Cupnoodles Museum (Website): Celebrating the life and times of the late instant noodle inventor Momofuku Ando (in fact, the formal name of the museum is the Momofuku Ando Invention Memorial House), the museum — in addition to talking a bunch about instant ramen — also offers a couple of interactive exhibits, such as the ability to create your own cup of noodles from a handful of toppings and soups, or to partake in the very creation of a package of Nissin’s original Chicken Ramen, from scratch. 500 yen entry fee; additional fees apply for the more interactive exhibits.

Cosmo World (Website): Home to the Cosmo Clock 21 ferris wheel, one of Yokohama’s most famous and recognizable landmarks, this amusement park is split up into three sections. Most of the thrill rides, along with the Cosmo Clock itself, are located right across from World Porters and the Cupnoodles Museum, with the other rides just a bridge away. There is no entry fee; instead, you pay for individual rides boardwalk-style. (Tip: The Cosmo Clock (700 yen) has two “see-through” gondolas (cars 20 and 50) with transparent floors, but the only thing you’ll be missing by going on a regular gondola instead are the intricate views of the framework that make up the ride, so don’t bother…unless you’ve got a friend who’s afraid of heights you want to tease.)

Zou-no-hana Park and Oosanbashi Pier (Yokohama International Passenger Terminal): You probably won’t be using the pier at all, but the view of Minatomirai from the upper decks are fantastic. Zou-no-hana (“Elephant Nose”) park is named because the park and the fixture that loops its way around resembles such; it stretches from the bridge right next to the Red Brick Warehouse all the way to Oosanbashi’s entrance.

Sankeien Garden (Website): It’s not in this area, but in order to get to this rather spacious garden, take bus number 8 from the station to the Honmoku Sankeien stop, then follow the signs to Sankeien. The entry fee is 500 yen; one-way bus fare is 210 yen. Park hours are from 9:00 AM to 5:00 PM (admission closes at 4:30).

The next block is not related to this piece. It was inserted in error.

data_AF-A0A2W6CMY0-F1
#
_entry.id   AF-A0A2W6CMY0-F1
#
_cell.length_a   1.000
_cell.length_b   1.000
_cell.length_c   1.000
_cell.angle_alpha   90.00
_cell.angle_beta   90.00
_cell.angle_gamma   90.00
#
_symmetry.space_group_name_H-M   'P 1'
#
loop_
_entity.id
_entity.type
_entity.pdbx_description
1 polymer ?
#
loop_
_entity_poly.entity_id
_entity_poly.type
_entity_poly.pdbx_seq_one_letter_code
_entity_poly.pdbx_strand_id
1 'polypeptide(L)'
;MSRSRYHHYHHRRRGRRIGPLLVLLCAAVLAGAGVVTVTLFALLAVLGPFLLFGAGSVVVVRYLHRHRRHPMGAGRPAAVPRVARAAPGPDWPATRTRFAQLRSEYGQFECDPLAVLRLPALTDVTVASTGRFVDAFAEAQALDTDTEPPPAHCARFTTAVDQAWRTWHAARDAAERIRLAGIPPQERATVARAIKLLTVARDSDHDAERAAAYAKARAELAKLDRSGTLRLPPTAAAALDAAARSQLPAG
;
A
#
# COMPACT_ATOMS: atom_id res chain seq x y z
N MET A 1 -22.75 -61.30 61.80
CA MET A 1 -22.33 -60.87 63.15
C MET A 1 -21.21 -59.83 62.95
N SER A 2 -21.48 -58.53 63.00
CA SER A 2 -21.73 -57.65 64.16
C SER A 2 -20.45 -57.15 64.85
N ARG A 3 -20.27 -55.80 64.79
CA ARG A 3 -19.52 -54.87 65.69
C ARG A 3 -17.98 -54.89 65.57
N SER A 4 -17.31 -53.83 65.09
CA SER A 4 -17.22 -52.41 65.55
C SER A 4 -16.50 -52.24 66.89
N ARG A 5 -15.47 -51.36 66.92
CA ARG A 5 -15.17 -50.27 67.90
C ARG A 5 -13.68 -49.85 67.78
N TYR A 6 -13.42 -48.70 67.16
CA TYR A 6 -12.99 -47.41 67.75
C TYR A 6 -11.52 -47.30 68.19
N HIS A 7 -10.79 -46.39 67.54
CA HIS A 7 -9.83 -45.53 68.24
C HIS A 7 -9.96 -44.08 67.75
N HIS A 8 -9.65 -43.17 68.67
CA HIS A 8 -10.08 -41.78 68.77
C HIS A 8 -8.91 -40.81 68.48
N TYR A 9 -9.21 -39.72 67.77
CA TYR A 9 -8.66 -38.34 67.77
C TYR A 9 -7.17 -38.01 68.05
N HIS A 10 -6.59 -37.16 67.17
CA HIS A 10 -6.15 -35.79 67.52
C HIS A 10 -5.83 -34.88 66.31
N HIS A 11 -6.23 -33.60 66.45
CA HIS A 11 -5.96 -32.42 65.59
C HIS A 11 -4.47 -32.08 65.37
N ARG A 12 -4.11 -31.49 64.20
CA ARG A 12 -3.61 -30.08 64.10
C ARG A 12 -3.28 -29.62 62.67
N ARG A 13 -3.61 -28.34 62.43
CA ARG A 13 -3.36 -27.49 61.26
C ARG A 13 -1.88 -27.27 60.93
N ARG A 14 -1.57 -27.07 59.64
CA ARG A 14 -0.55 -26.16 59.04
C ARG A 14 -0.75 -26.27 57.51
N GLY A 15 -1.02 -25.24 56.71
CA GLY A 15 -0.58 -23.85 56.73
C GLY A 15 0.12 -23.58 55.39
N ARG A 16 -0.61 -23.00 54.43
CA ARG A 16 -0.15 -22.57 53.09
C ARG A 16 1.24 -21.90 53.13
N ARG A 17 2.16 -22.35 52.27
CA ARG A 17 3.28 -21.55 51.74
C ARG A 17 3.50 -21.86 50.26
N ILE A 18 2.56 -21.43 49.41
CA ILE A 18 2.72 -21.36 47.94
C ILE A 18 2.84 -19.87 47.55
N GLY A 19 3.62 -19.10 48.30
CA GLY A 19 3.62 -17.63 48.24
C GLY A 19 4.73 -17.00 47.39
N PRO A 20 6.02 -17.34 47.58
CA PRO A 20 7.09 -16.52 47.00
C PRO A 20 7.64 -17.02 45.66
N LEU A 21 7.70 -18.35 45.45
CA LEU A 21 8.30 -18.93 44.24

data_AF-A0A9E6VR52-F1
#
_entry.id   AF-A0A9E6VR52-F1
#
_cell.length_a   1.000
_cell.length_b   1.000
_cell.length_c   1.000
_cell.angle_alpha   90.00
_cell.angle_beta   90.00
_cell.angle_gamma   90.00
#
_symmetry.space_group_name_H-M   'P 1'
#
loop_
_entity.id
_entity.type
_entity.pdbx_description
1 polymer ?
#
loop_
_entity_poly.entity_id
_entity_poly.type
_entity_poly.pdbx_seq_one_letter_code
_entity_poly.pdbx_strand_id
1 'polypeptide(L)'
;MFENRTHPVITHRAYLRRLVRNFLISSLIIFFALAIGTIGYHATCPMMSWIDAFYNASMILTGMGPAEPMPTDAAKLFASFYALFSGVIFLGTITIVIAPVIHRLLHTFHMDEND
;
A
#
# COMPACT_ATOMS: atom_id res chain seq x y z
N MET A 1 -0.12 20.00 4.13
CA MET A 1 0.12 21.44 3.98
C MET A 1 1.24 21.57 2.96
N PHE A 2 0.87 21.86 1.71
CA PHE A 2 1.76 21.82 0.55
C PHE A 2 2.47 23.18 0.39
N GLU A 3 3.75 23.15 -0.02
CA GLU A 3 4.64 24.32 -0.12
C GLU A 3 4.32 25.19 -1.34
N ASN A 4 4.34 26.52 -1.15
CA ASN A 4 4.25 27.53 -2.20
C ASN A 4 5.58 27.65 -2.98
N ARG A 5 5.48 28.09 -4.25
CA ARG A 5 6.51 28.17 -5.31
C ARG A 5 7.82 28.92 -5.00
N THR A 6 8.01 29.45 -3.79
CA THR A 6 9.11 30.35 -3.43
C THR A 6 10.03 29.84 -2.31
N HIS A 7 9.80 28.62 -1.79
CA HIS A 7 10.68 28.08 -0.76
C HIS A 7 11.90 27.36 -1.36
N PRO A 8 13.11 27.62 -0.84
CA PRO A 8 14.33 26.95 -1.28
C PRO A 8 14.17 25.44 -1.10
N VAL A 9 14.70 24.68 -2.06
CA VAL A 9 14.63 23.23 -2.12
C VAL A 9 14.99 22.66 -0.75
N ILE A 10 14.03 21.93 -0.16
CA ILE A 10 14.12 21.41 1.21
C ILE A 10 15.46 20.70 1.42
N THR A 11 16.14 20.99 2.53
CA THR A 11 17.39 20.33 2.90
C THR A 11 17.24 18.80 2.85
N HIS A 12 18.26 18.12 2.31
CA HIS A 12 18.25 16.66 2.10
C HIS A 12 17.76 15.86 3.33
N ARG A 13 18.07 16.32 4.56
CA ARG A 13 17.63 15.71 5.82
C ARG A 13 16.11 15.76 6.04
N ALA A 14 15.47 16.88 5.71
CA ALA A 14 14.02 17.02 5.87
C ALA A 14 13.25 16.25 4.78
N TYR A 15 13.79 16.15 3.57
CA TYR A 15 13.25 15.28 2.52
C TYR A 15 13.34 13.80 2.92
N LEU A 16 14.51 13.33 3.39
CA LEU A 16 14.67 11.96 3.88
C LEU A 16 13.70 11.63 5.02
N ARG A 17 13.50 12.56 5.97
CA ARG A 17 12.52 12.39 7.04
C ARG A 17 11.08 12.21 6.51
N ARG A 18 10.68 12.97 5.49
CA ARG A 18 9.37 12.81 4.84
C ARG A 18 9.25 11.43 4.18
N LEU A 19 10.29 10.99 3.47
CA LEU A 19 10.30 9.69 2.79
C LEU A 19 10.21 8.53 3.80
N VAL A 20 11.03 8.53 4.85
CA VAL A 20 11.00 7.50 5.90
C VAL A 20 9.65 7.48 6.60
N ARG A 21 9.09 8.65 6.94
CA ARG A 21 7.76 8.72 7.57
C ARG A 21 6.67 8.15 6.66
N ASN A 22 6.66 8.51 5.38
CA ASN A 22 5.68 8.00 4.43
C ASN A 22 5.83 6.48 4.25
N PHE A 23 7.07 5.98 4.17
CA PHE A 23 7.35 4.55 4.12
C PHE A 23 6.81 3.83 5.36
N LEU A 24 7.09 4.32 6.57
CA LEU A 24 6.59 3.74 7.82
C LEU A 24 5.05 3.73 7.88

Update 4/24: Takashimacho used to be where one alighted to go to GENTO Yokohama, which had a pretty neat entertainment complex featuring a movie theatre, an arcade, and a concert venue, but GENTO has closed as of late January 2015. Takashimacho was also home to the Gekidan Shiki’s Canon Cats Theater (“Cats” as in the Andrew Lloyd Webber play), which was in operation up until 2012.


Yokohama Station is, as one might guess, a major station that allows transfer to a handful of lines that provide service to Tokyo, Chiba, and Saitama. See more on “Heading Outside of Yokohama”, below.

Sotetsu Joinus (Website): This union of two malls (the underground section used to be a separate entity named The Diamond) has quite a number of unique boutiques and brand-name goods. The roof of the Joinus building is home to Joinus no Mori, a small park with wonderful views.

Sogo Yokohama (Website): On the other side of the station (you’ll pass through the Lumine and Porta malls in order to get here) is Sogo, which is another proper department store/mall. Food of all sorts takes up level B2 where you enter from, but this is notably home to a Muji (for household goods), Loft (for crafts and the like), and Kinokuniya bookstore all on 7F. Also check out the Sogo Art Museum on the 6th floor!